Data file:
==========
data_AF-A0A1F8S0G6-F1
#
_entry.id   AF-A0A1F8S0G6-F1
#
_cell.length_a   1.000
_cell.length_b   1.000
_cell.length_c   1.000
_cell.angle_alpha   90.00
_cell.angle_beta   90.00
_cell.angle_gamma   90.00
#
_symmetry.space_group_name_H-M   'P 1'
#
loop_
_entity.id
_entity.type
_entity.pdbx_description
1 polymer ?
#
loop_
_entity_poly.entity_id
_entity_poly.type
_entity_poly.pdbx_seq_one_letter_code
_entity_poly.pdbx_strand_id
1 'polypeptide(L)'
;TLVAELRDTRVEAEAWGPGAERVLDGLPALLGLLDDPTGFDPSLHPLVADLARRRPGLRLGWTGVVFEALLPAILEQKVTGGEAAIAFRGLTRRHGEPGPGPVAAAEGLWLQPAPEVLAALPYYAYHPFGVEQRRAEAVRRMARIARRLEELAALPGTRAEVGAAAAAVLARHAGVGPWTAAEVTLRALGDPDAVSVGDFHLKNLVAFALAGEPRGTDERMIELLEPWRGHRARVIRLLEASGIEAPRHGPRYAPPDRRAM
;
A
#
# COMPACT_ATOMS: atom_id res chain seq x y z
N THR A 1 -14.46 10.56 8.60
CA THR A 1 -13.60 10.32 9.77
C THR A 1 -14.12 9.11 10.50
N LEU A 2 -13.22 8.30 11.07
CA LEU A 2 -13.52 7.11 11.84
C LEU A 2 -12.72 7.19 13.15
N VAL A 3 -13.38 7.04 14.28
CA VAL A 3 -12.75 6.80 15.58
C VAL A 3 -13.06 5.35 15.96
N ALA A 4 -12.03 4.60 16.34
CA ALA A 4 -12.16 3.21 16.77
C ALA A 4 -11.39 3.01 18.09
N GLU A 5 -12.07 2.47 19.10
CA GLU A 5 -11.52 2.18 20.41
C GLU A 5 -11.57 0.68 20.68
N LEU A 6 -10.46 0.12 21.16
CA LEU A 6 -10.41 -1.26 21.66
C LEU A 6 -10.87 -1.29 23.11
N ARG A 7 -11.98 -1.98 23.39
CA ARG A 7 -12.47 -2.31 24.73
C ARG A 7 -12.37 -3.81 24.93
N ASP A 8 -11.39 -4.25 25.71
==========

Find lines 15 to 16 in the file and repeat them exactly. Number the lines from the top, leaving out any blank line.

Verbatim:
_entity.id
_entity.type